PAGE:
In fact, featuring a blog as a key part of your website gives you a 434% better chance of ranking highly on search engines. Not surprisingly, 72% of marketers say that content creation is their most effective SEO tactic.
But it’s not just search engines who love a blog. People spend about 3X as much time reading blogs as they do checking email — a task that can eat up about 13 hours per week for the average employee.
And all that time spent on your site translates into a serious boost in revenue for your company: B2B companies that blog get about 67% more leads than non-blogging companies, while B2C companies that blog get about 88% more leads than their non-blogging counterparts.
Never underestimate the power of social media for driving traffic to your website. 30% of millennials and 32% of Gen X’ers engage with at least one brand on social media per month, and social media is fast becoming the preferred avenue for customer care.
Social media is where your customers want to find with you. If you can build a rapport with them there, funneling them over to your site is much easier.
Start by sharing your best-performing content regularly. These are the blog posts, products, or service pages that customers come back to again and again, so you already know that they resonate with your target audience. Load them into your social media manager and set them to automatically repost over a set time period.
Next, take some time to rethink your hashtag strategy. Hashtags are essentially just keywords, and social media platforms are essentially just search engines. So when it comes to finding the right hashtags for your industry, you can approach it similarly to your keyword research in section 2 — choose hashtags that are relevant to your business and that are popular enough that people actually search them regularly.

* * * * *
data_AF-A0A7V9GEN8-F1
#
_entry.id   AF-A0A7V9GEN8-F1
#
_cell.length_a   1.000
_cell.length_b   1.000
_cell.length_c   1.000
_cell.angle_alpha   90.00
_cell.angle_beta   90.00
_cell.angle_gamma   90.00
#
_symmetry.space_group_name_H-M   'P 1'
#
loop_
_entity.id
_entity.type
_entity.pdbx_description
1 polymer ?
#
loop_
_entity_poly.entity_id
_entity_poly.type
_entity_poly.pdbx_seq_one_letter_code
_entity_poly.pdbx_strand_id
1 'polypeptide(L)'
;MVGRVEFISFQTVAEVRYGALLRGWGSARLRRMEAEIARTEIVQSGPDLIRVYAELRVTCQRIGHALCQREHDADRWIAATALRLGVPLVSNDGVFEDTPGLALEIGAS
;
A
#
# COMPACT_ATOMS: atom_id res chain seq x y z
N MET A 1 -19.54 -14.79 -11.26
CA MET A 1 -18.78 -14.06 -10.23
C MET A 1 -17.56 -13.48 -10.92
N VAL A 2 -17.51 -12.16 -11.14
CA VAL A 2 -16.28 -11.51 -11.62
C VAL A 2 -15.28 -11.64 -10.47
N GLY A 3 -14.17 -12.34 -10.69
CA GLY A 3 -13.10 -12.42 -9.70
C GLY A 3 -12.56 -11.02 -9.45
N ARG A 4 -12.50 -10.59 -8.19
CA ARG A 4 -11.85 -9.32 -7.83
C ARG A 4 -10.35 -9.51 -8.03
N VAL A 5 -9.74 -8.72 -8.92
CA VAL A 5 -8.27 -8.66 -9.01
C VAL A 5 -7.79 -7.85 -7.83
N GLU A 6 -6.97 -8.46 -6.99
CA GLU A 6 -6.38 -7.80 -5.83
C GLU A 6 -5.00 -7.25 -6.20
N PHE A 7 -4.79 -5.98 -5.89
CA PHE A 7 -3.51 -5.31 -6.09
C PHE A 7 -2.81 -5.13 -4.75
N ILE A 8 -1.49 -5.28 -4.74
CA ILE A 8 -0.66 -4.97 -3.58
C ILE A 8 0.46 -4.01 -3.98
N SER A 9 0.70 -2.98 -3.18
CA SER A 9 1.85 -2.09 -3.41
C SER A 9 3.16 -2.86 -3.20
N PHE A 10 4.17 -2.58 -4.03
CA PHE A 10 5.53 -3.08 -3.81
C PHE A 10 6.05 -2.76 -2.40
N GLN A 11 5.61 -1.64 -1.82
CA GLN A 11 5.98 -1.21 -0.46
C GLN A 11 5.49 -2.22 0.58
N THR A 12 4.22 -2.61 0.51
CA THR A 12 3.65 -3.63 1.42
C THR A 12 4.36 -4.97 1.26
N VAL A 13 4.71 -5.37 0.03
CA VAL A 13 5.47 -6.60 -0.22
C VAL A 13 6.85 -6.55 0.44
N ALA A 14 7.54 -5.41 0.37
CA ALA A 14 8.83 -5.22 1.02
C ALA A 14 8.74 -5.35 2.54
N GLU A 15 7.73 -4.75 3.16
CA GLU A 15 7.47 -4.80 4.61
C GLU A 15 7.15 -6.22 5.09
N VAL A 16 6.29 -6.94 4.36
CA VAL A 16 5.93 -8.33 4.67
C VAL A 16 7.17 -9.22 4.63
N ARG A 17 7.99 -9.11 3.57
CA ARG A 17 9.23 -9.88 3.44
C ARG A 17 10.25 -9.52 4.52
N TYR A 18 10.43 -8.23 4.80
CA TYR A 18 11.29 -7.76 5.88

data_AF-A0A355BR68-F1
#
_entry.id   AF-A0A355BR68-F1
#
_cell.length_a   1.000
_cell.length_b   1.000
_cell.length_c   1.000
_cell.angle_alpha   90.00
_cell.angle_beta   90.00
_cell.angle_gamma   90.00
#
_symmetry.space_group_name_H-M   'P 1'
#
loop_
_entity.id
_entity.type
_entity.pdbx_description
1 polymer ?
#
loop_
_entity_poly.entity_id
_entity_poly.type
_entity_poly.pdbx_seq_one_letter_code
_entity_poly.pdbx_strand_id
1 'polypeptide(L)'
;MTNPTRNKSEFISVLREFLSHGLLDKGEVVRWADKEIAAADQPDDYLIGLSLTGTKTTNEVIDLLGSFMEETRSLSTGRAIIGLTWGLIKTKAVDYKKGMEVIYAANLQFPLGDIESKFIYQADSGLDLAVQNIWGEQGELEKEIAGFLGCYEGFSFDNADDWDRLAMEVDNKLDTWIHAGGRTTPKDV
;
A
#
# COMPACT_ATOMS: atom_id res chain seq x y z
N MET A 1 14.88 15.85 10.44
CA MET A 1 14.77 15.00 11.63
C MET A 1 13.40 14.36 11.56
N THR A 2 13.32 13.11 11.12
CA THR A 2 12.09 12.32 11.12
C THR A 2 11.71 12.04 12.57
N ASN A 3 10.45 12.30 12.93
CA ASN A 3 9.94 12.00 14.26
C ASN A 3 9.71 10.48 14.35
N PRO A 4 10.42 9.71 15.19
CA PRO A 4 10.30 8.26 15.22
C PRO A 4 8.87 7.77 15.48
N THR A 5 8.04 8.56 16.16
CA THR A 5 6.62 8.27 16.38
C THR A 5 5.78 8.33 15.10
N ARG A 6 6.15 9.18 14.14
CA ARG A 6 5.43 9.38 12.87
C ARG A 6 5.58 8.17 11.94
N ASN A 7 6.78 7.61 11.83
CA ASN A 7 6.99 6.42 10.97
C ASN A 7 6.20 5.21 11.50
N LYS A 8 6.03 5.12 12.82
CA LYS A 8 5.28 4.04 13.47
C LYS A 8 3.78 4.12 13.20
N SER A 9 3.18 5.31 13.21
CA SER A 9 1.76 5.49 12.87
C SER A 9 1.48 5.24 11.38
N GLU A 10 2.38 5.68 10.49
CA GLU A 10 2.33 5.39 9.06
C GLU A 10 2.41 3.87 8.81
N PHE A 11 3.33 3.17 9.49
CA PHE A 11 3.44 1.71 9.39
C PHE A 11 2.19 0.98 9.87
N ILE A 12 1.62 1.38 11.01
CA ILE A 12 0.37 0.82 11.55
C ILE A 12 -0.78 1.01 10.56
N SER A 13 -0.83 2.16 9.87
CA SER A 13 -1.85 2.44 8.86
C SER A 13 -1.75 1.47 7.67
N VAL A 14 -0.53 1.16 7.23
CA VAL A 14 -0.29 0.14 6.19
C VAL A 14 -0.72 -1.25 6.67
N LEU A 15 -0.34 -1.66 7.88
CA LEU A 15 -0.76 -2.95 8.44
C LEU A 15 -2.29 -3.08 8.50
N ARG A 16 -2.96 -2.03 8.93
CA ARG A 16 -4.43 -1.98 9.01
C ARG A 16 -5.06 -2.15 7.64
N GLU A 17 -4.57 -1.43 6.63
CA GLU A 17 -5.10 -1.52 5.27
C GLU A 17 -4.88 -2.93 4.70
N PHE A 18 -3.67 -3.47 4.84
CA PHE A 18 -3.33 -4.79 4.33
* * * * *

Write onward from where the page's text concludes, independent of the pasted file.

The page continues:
If you really want to get a leg up on your competition and tap into an audience of customers that many businesses don’t think about, start engaging in Facebook and LinkedIn groups that are relevant to your business. Focus on community, neighborhood, and special interest groups rather than industry or business groups, as this will give you access to potential customers rather than industry peers.
Here’s another thing that most small businesses don’t think about when trying to get more customers: Most marketing tactics boil down to trial and error. And while the concepts we recommend have been proven by multiple authorities, there’s really no definitive way to prove how to best execute them.
For instance, let’s say you adopt a social media strategy that includes using the top keywords in your industry. Theoretically, this should give you the best opportunity to reach new customers. But should you include those hashtags in your original post or in a comment? Or should you add some less popular hashtags that limit your reach but give you a more niche audience?
The only way to truly know what works best in your specific industry and attracts your own, unique audience is to constantly test new strategies and compare notes. This means that you need to track the results of every new strategy you implement. Look at metrics like:
If something you’ve tried doesn’t yield results, try a new tactic and measure again. Tweak your strategy as many times as you need to in order to find something that works.
Tired of losing customers over a hard-to-use website? We can help. Here at Trajectory Web Design, we work with you to identify your ideal audience and tailor your site’s look and feel toward what they want to see so that you can bring in more customers to your website. Ready to get started? Contact us and tell us about your project.
Ready for a slick new website, increased traffic and more converting customers? Tell us a little about your business and we’ll reach out to get your project underway.